Jurgen Klinsmann, the German soccer legend who five years ago was hired as U.S. national coach to much fanfare, was fired Monday following a rare home loss to Mexico and an embarrassing 4-0 loss at Costa Rica that hurt the team’s chances of qualifying for the 2018 World Cup.
The loss to Mexico was the first in a World Cup qualifier on home soil since 1972. Four days later, the team looked unprepared and uninspired against the Ticos of Costa Rica.
A replacement might be named as early as Tuesday morning. Former U.S. coach Bruce Arena, now with the L.A. Galaxy, is considered the leading candidate.
Arena coached the national team to 71 wins from 1998 to 2006. He led the 2002 team to the World Cup quarterfinals, the best U.S. result in more than 70 years, but was fired after the team failed to advance from the group stage of the 2006 Cup. He has won five MLS Cups with D.C. United and the Galaxy.
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“While we remain confident that we have quality players to help us advance to Russia 2018, the form and growth of the team up to this point left us convinced that we need to go in a different direction,” U.S. Soccer president Sunil Gulati said in a statement.
“With the next qualifying match in late March, we have several months to refocus the group and determine the best way forward to ensure a successful journey to qualify for our eighth consecutive World Cup.”
Gulati had been a longtime fan and staunch supporter of Klinsmann’s, wooed him for years and was ebullient when he hired him on July 29, 2011. Klinsmann promised to take American soccer to the next level and introduce a more creative, attack-minded philosophy. He had mixed results.
In 2013, Klinsmann led the American team on a historic 12-game win streak.
In the 2014 World Cup, the U.S. team advanced from the “Group of Death” before losing in extra time to Belgium in the Round of 16.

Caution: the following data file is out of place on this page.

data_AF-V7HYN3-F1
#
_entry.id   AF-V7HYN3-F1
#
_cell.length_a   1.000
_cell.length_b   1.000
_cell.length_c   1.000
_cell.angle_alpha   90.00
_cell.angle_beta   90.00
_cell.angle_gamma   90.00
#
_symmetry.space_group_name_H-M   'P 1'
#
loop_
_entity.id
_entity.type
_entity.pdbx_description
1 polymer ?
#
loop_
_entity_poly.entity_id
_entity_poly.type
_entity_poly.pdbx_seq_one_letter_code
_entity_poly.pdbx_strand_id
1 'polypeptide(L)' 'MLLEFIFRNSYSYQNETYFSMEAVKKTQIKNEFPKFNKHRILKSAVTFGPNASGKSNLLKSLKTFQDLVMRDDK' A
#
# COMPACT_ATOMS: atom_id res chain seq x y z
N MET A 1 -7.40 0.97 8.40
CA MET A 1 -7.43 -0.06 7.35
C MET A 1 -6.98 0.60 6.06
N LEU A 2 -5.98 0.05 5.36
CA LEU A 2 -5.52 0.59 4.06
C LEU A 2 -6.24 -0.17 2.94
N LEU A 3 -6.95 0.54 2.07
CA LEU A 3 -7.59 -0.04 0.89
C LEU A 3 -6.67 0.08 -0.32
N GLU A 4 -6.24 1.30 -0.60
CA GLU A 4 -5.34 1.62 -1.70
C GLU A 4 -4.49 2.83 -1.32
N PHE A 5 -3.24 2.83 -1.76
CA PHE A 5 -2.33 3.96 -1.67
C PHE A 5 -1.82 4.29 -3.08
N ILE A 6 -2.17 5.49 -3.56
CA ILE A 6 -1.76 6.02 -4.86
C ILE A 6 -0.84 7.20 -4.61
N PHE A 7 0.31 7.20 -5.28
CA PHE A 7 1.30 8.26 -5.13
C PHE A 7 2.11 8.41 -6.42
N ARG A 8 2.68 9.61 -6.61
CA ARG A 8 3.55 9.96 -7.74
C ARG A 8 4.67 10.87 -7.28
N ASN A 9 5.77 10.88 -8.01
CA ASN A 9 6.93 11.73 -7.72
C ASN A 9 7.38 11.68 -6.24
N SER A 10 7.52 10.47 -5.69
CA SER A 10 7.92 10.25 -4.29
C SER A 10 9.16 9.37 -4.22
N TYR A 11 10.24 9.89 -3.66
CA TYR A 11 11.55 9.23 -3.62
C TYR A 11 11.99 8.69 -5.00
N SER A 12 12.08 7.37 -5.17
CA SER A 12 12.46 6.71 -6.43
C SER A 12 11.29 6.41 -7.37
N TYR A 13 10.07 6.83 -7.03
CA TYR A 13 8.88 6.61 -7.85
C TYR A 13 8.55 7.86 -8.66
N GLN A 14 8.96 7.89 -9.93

But he alienated some U.S. Soccer fans and insiders by leaving beloved star Landon Donovan off the 2014 World Cup squad, for overlooking some U.S.-born players in favor of German-born players who had dual U.S. passports, and for being critical of Major League Soccer, which produced half his World Cup roster.
Poor results over the past 18 months led U.S. Soccer to make a change.
The Americans lost to Jamaica in the semifinals of the 2015 Gold Cup, lost a semifinal World Cup qualifying match to regional minnow Guatemala and finished fourth in the 2016 Copa America Centenario, held on U.S. soil for the first time.
Klinsmann’s overall record was 55-27-16.
“We want to thank Jurgen for his hard work and commitment during these last five years,” Gulati said. “He took pride in having the responsibility of steering the program, and there were considerable achievements along the way. He challenged everyone in the U.S. Soccer community to think about things in new ways, and thanks to his efforts we have grown as an organization and expect there will be benefits from his work for years to come.”
Klinsmann’s contract — which included a $3.2 million salary and title of U.S. technical director — was to run through 2018.
The United States has qualified for seven World Cups in a row since 1990, and the back-to-back losses to Mexico and Costa Rica this month put the team in last place in the six-nation group with eight games remaining. The next U.S. match is in March at home against Honduras and then on the road against Panama.